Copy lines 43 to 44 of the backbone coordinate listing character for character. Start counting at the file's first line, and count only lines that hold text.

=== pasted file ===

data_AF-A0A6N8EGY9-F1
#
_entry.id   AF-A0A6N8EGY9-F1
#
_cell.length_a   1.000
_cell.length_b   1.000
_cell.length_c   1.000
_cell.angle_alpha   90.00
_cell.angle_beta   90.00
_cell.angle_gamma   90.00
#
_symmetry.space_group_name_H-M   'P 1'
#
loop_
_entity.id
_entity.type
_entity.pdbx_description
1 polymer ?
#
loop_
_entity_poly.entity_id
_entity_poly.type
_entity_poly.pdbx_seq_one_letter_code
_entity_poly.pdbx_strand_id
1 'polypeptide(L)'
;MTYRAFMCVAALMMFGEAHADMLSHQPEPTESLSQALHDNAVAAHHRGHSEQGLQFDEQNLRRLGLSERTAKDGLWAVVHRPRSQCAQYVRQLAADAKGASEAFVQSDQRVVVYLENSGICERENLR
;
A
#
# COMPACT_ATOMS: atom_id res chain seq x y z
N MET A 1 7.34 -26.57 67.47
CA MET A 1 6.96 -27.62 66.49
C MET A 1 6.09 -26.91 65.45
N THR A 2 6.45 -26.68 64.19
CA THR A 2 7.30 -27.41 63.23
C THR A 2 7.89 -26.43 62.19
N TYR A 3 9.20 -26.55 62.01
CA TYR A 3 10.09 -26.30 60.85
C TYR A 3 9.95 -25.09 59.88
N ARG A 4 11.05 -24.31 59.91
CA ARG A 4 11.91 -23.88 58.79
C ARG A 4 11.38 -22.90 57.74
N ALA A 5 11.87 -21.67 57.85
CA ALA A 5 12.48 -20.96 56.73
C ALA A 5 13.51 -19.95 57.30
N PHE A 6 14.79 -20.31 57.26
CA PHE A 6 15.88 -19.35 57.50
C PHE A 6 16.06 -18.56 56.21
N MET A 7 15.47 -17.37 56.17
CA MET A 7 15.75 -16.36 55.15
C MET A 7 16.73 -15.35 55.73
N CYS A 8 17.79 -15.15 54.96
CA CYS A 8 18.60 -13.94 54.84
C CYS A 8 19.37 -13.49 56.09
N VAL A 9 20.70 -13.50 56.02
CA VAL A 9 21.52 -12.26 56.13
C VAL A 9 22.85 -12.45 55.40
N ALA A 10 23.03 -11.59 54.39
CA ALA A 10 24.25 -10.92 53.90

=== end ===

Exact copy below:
N ALA A 5 11.87 -21.67 57.85
CA ALA A 5 12.48 -20.96 56.73